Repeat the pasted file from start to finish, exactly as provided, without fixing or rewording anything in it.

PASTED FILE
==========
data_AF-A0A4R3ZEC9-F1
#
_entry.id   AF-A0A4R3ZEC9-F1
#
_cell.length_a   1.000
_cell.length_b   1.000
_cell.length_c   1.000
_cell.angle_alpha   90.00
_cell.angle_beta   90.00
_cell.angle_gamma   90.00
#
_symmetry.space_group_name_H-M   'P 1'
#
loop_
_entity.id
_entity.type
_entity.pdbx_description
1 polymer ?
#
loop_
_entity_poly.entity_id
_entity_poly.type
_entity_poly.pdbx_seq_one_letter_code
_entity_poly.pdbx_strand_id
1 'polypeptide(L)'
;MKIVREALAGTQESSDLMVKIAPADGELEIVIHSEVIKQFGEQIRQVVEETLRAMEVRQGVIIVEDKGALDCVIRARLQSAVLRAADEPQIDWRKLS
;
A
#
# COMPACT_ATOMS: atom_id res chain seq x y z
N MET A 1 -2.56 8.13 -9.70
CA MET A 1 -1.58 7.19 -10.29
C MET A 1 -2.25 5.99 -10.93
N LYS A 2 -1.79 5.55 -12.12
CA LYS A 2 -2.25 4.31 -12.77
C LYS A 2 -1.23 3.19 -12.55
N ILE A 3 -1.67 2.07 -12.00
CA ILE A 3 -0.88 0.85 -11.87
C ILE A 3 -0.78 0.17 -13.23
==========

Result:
data_AF-A0A4R3ZEC9-F1
#
_entry.id   AF-A0A4R3ZEC9-F1
#
_cell.length_a   1.000
_cell.length_b   1.000
_cell.length_c   1.000
_cell.angle_alpha   90.00
_cell.angle_beta   90.00
_cell.angle_gamma   90.00
#
_symmetry.space_group_name_H-M   'P 1'
#
loop_
_entity.id
_entity.type
_entity.pdbx_description
1 polymer ?
#
loop_
_entity_poly.entity_id
_entity_poly.type
_entity_poly.pdbx_seq_one_letter_code
_entity_poly.pdbx_strand_id
1 'polypeptide(L)'
;MKIVREALAGTQESSDLMVKIAPADGELEIVIHSEVIKQFGEQIRQVVEETLRAMEVRQGVIIVEDKGALDCVIRARLQSAVLRAADEPQIDWRKLS
;
A
#
# COMPACT_ATOMS: atom_id res chain seq x y z
N MET A 1 -2.56 8.13 -9.70
CA MET A 1 -1.58 7.19 -10.29
C MET A 1 -2.25 5.99 -10.93
N LYS A 2 -1.79 5.55 -12.12
CA LYS A 2 -2.25 4.31 -12.77
C LYS A 2 -1.23 3.19 -12.55
N ILE A 3 -1.67 2.07 -12.00
CA ILE A 3 -0.88 0.85 -11.87
C ILE A 3 -0.78 0.17 -13.23